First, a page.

By: Christa Meland
Allison Schwarz is a lifelong United Methodist who grew up in Le Sueur UMC. She was mentored by her pastors, and on a mission trip to South Dakota just before seventh grade, she garnered the nickname “Pastor Allison,” which planted a seed that perhaps she was called to vocational ministry.
Her experience as an ELI Project intern last summer affirmed her call to ministry, and now she’s fully confident that she’s called to become a pastor in The United Methodist Church. She’s finishing her sophomore year at the University of Wisconsin—Eau Claire, but she’s already declared her candidacy in the Minnesota Annual Conference, which is committed to raising up the next generation of passionate, Spirit-filled leaders.
“I have had many experiences that feel like God saying, ‘Allison, you are going the right way,’” said Schwarz, who interned at Christ UMC in Rochester last summer. “The ELI Project was the first major experience that allowed me to hear God’s voice.”
This summer, Schwarz will return to the ELI Project for “ELI 2.0,” an expansion of the conference’s five-year-old college internship program that is specifically designed for returning interns to explore ministry in a new way. Whereas regular ELI interns spend two months taking a deep dive within a single host congregation and gain experience planning worship, preaching or leading a Bible study, and providing pastoral care, ELI 2.0 interns will gain a wider perspective of ministry and take on an enhanced leadership role.
As ELI 2.0 interns, Schwarz and returning intern Joe Meinholz will mentor four new ELI interns—which includes leading weekly reflection time and helping to plan both an orientation and wrap-up retreat. Additionally, they will attend worship at six to eight different churches, participate in a social justice or community engagement project of their choosing (both hope to become involved with the conference’s Hopeful Earthkeepers), and have regular contact with both a clergy mentor and Jody Thone, the conference’s director of leadership development and ELI Project coordinator.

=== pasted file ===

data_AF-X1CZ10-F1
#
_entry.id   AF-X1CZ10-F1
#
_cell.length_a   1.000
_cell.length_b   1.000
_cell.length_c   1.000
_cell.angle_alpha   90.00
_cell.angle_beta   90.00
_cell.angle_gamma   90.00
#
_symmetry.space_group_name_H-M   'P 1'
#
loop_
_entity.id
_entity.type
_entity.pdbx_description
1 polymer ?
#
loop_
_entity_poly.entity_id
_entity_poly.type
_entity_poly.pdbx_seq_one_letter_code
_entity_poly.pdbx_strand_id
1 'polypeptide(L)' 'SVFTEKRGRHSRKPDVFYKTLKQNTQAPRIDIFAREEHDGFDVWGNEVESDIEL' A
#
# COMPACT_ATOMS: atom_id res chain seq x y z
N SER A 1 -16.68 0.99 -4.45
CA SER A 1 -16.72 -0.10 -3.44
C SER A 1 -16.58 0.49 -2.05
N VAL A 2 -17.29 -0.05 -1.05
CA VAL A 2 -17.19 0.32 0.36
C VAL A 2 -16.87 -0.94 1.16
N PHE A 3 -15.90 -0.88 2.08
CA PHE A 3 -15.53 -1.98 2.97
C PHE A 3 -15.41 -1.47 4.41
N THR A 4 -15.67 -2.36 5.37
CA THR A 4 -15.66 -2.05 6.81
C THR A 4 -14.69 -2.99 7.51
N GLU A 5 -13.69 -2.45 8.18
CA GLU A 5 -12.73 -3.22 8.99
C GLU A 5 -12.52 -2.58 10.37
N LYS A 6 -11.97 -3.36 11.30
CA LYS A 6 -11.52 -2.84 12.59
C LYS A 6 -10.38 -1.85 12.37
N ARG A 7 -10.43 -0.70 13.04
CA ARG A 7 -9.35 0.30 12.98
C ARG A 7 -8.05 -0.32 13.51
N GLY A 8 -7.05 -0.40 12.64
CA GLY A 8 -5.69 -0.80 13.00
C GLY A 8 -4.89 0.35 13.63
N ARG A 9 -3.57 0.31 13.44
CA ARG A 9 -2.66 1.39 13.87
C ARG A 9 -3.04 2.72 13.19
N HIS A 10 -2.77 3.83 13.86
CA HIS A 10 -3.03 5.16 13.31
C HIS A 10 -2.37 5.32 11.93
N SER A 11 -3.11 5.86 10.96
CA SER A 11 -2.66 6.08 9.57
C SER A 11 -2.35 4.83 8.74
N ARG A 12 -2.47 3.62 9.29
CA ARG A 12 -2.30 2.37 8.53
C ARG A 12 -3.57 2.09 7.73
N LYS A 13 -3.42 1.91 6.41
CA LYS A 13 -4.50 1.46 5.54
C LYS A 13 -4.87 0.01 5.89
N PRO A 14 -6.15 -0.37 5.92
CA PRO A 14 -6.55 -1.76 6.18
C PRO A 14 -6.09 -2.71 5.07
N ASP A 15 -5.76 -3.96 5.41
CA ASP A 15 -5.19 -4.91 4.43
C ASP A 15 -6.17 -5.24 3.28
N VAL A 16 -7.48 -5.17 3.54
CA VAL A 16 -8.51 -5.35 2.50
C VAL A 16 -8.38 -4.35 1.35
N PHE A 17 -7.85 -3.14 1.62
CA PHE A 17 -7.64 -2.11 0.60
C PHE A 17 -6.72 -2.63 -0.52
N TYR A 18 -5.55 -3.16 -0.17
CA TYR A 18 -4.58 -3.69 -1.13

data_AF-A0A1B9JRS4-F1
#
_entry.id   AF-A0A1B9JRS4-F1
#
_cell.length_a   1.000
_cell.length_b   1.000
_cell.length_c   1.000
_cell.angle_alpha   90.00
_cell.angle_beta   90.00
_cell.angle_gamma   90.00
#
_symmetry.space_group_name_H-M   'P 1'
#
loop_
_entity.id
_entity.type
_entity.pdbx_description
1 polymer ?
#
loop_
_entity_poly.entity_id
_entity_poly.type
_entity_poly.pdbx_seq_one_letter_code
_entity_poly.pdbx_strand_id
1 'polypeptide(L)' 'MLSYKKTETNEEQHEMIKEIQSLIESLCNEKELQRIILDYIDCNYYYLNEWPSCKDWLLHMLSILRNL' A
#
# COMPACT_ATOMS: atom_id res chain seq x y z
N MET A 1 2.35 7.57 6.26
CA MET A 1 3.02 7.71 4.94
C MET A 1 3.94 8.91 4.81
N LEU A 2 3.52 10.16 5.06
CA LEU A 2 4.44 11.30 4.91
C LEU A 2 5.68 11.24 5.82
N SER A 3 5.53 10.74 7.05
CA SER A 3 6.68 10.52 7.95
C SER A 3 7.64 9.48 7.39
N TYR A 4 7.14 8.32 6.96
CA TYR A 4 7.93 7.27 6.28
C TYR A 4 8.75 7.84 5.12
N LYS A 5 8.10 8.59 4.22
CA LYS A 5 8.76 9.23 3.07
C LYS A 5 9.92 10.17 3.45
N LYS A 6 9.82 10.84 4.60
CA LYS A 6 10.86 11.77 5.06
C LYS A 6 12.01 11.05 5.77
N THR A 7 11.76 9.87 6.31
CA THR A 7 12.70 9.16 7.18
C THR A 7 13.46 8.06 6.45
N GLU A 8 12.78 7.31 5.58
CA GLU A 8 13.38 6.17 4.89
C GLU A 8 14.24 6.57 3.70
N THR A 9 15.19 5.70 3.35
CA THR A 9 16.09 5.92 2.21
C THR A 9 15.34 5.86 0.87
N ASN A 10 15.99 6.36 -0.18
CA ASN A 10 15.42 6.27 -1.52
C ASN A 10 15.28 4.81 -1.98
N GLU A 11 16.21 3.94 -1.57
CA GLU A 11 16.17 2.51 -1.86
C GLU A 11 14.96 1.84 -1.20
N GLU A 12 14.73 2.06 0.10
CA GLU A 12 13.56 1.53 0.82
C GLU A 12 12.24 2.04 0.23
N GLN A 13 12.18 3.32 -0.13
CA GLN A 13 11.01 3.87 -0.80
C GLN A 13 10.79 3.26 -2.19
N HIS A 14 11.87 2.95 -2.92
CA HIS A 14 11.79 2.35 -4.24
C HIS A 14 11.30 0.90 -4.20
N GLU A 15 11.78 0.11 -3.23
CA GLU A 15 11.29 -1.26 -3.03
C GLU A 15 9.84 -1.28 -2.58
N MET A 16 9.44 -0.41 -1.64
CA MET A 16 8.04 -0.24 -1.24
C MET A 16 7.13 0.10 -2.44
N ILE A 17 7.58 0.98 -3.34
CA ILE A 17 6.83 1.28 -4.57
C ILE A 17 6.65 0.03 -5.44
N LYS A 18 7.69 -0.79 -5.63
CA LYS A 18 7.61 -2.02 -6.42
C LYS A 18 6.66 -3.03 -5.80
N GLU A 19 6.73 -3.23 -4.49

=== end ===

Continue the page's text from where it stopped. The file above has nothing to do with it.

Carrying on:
“My hope is that we are bringing excellent young clergy into our system and building an ecosystem of call,” said Thone, who points out that one former ELI intern—David Hodd—is now pastoring a church in the conference. “There aren’t very many experiences out there that give young people an opportunity to explore their call in a hands-on way. When a young person is interested in ordained ministry, we want to walk with them. This ELI 2.0 experience gives them the next step to saying ‘yes’ to being a clergyperson in the Minnesota Annual Conference.”
Meinholz, who is about to graduate from the University of Minnesota—Twin Cities, interned at Hennepin Avenue UMC in Minneapolis in 2017 and is now part of the worship team at New City Church in Minneapolis. He is especially interested in exploring the Minnesota Conference across urban-rural and traditional-progressive lines, learning about how clergy can shape worship in meaningful ways while still adhering to more prescribed rituals, and discerning where he most comes alive in ministry.
Prior to his ELI internship, Meinholz had mostly experienced non-denominational church settings. But he was intrigued by the Wesleyan way of life and now also plans to become a pastor.
“I think I am drawn to the UMC because there is a deep belief that the Holy Spirit is working in us and ahead of us, and there is excitement to join that work and make disciples of Jesus Christ,” he said.
This year’s ELI internship—which provides a $3,000 stipend ($3,500 for ELI 2.0 interns)—will kick off with a group orientation from May 28-31, followed by a 10-week internship through Aug. 4, and a wrap-up retreat Aug. 6-7.
Julia Clark, who attends The Grove UMC in Woodbury, is a first-time ELI intern who said she looks forward to learning “how to build a life with Jesus as my foundation and my focus regardless of my vocation.” A student at St. Catherine University in St. Paul, she is pursuing physical therapy but has always felt a tug toward ministry.
“I am grateful in the end it does not matter what I think will be best, but rather, what God knows is best will be the path I end up following,” she said. “No matter what occupation or occupations I have after college, I know I will be working to discern how to serve, follow, and love Jesus each day.”
The 2019 ELI Project interns are:2.0 (returning) interns
Minnesota Annual Conference of the United Methodist Church